The bold decision to take Corbett’s now priceless rifle back to his home in India’s Uttarkhand province, was made by Marc Newton, managing director of the firm that originally manufactured the .275 more than a century ago: John Rigby & Co. The rifle left India when its owner moved to Kenya following Partition in 1947. When he retired from hunting, Corbett gifted his trusty companion to his publishers, Oxford University Press, before it was reacquired by Marc for Rigby in 2015. The reacquisition sparked overwhelming interest around the world and started a chain of events that eventually led to an eye-opening tour of Corbett’s India for Newton, myself, a group of high profile international figures and of course this modest looking yet precious Rigby rifle.

To look at, it is nothing remarkable: a Mauser-actioned .275 Rigby with no engraving bar the proof marks, the blacking all but rubbed off, several dents in the stock and scratches on the barrel. It’s one distinguishing feature is a silver plate, recording the fact that in 1907 it was presented to Jim Corbett in gratitude for him saving the local population from the dreaded man-eating tigress of Champawat. This 500lb killing machine accounted for the deaths of 436 people during the early 20th century.

Corbett was a real hero. He saved the lives and livelihoods of thousands of people living in the villages of his native Kumaon province. He campaigned tirelessly for better protection of India’s wildlife and its habitat. Colonel Corbett successfully hunted countless savage beasts in the depths of the Indian jungle equipped with little more than a packet of cigarettes, a reliable rifle and a stiff upper lip.

To get his rifle back to his homeland, we had to overcome some of the most complicated firearms restrictions in the modern world. Hunting for sport was banned in India in 1970 and it is forbidden to take firearms into the country. Real heroes such as Corbett don’t come along every day, so we didn’t have much difficulty in demonstrating to the Indian authorities that ours were exceptional circumstances. After almost a year of negotiation we were granted express permission at the 11th hour by some of the highest officials in both the British and Indian governments to take the rifle back to Corbett’s home.

The rifle’s homecoming to its spiritual birthplace inspired Marc to commission and build an exquisite London Best rifle to commemorate Corbett. The result was a work of art that the firm donated to the charity auction at the Safari Club International (SCI) convention in February 2016. It sold under the hammer for more than any bolt rifle before, setting a new record at US$250,000.

Marc was also commissioned a limited edition reprint of Corbett’s collected works with a view to donating the profits to tiger conservation in India’s Jim Corbett National Park, a tiger reserve that Corbett helped to establish in 1936. Rigby has a long history of exporting rifles to India – receiving more Rigby firearms than Africa in the early 20th century – and Marc was equally keen to recognise this by visiting India to handover the donation in person.

Rather than cash, we agreed something tangible would be more appropriate. After some deliberation, Rigby arranged for a $25,000 4×4 rapid response vehicle equipped for a vet to help the park’s rangers deal with human-tiger conflict.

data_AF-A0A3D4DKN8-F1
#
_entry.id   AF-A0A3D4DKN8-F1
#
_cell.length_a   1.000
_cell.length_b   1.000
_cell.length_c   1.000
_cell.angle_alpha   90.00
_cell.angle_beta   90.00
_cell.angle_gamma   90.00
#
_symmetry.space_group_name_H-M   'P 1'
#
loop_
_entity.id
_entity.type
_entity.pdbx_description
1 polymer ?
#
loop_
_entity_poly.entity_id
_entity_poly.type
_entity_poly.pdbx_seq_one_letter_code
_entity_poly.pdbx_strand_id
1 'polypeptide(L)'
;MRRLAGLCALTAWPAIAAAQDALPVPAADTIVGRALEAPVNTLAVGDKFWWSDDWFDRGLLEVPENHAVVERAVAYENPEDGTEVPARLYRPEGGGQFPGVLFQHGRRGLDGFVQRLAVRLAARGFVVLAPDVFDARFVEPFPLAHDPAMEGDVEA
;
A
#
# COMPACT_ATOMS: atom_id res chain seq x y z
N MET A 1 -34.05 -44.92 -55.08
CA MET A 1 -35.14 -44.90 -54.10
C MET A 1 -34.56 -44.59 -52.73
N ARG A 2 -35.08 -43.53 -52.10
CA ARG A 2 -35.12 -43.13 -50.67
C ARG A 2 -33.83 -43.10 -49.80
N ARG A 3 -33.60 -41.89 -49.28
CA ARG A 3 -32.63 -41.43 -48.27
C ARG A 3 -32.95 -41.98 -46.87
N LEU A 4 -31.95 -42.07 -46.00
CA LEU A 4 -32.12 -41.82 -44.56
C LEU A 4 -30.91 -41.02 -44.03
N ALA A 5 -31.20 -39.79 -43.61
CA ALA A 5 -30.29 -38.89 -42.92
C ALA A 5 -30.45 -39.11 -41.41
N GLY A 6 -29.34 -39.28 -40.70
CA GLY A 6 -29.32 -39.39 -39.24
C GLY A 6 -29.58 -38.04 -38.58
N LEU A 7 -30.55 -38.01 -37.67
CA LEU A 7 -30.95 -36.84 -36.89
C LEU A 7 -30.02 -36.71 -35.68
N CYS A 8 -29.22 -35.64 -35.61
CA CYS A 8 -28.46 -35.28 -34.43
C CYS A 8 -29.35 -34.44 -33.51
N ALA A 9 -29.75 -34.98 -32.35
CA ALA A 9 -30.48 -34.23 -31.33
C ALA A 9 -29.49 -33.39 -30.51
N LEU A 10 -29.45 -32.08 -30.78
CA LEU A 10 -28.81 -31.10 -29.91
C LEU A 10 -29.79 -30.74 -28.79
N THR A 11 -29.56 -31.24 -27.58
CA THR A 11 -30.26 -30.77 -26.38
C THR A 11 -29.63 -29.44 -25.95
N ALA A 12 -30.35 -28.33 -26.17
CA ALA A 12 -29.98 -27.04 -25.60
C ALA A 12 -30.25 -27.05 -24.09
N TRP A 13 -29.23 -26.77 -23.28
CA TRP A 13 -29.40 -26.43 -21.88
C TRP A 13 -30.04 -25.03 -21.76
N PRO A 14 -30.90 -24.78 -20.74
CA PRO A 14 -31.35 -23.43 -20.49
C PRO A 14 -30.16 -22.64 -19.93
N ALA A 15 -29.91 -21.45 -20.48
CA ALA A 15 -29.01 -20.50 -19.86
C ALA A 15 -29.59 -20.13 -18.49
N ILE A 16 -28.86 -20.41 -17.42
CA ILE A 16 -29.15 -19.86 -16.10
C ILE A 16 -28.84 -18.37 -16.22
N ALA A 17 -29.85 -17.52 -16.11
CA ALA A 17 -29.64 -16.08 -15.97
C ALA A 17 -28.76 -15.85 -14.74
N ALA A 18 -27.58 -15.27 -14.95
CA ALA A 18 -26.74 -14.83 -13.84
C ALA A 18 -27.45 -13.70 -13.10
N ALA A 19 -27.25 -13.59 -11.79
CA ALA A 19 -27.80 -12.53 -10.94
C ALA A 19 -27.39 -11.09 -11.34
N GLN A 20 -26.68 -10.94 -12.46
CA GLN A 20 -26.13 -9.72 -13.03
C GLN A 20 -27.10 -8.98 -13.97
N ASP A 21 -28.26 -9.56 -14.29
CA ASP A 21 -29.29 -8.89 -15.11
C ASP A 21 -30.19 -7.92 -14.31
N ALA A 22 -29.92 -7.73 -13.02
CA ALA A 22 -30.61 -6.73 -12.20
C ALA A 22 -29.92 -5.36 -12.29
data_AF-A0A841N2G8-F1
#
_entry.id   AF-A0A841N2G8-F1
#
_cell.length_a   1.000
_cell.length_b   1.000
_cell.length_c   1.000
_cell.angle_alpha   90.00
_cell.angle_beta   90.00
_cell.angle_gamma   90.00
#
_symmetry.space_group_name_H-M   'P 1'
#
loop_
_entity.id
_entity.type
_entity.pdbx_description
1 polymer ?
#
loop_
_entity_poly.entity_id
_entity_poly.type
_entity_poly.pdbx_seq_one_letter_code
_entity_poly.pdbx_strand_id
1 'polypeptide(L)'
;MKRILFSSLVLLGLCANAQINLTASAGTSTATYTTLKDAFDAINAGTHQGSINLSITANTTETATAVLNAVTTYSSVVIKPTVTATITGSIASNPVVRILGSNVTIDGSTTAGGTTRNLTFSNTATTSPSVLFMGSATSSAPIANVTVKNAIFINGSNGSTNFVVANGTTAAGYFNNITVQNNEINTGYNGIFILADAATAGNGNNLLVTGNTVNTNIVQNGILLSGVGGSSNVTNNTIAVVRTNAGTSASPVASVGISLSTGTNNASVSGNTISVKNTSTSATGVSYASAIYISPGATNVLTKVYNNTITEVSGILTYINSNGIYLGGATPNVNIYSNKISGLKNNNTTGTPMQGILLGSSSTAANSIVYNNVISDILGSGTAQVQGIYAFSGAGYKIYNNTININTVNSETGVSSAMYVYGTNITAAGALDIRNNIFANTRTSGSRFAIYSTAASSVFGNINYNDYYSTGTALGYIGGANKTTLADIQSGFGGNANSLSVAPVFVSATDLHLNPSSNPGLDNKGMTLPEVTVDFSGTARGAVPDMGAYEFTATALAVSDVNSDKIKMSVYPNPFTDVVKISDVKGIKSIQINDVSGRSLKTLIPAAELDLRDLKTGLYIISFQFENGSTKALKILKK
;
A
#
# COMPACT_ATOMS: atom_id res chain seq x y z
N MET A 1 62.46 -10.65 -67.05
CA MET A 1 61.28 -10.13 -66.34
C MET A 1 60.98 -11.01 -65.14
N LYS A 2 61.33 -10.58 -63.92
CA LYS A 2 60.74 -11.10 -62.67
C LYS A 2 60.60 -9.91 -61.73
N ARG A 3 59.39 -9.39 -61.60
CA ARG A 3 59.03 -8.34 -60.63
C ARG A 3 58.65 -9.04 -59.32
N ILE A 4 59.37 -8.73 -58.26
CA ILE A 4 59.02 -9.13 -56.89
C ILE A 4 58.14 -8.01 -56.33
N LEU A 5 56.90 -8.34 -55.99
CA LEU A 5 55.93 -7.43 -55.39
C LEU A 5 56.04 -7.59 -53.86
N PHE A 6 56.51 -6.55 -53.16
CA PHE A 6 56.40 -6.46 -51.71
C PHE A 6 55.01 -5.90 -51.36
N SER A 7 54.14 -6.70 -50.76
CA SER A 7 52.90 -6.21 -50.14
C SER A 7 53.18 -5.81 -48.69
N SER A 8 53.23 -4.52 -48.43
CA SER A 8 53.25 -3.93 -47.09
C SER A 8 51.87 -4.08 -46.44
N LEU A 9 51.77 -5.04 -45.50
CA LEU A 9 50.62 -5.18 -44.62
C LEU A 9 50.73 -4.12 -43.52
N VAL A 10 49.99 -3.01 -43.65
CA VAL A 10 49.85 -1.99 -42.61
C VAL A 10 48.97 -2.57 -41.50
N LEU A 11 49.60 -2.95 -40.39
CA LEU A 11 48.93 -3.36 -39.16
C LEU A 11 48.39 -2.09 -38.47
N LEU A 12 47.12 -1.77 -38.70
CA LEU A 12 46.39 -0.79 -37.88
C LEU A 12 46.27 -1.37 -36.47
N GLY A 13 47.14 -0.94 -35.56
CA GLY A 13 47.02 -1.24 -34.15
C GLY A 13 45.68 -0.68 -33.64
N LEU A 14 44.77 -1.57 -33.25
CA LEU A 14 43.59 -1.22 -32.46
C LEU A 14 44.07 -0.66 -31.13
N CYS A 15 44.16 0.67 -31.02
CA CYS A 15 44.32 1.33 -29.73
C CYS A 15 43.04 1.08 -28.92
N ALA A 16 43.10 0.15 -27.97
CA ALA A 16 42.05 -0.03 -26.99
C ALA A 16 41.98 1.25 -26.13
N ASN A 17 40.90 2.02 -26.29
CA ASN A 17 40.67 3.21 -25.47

The official handover ceremony took place early in the week. A capacity crowd of more than 300 local and national press as well as dignitaries watched Marc’s speech about Corbett and what his rifle represents to the firm today. Marc presented the keys of the brand new, Rigby branded, Tata Xenon pick-up to Samir Sinha, Chief Conservator and Director of Forests for the Corbett Tiger Reserve.

After the circus of the ceremony and donation, the tour party had the chance to follow in the footsteps of Carpet Sahib – the local name for Corbett. On our first evening in the park, which covers 52,000 hectares, has no fences and is totally wild, we had our first encounter with a wild tiger.

In fact, we were lucky enough to see two: one from a jeep and the other one from the comfort of a howdah atop an elephant in true Corbett style. The tiger behaved more naturally when faced with another jungle grandee rather than a diesel engined vehicle. We saw him in his full, regal languid glory just 30 yards away.

The event that marked the end of the tour was no less spectacular. This took place at the other end of Corbett’s home province high up in the foothills of the Himalayas at the headwaters of the Ganges close to the Chinese border. Rudraprayag was the location Corbett used his Rigby to deliver the local population from a dreaded man-eating leopard that had killed a recorded 126 people.

This cat would reputedly come through the roof at night and pull people from their beds. Such was the fear of this feline, the entire valley was in a state of curfew for eight years until after many other failed attempts, Corbett was able to bring the leopard to book and an end to the people’s misery.

A crowd of 400 people packed the Corbett memorial site for a chance to see his fabled Rigby that had saved their forebears. The site lays on the exact spot he took the leopard with the rifle. People had turned out in droves to pay their respects to the rifle. As at Ramnagar, this event, was marked by more emotion and ceremony than you’d see at equivalent occasions in the west.

Through Corbett’s rifle, together with the donation, were able to shine a spotlight on wildlife and conservation topics for a short period to a great many people. It’s an honour to have been able to help Rigby contribute, even a little, to the continuation of his conservation legacy and legend.

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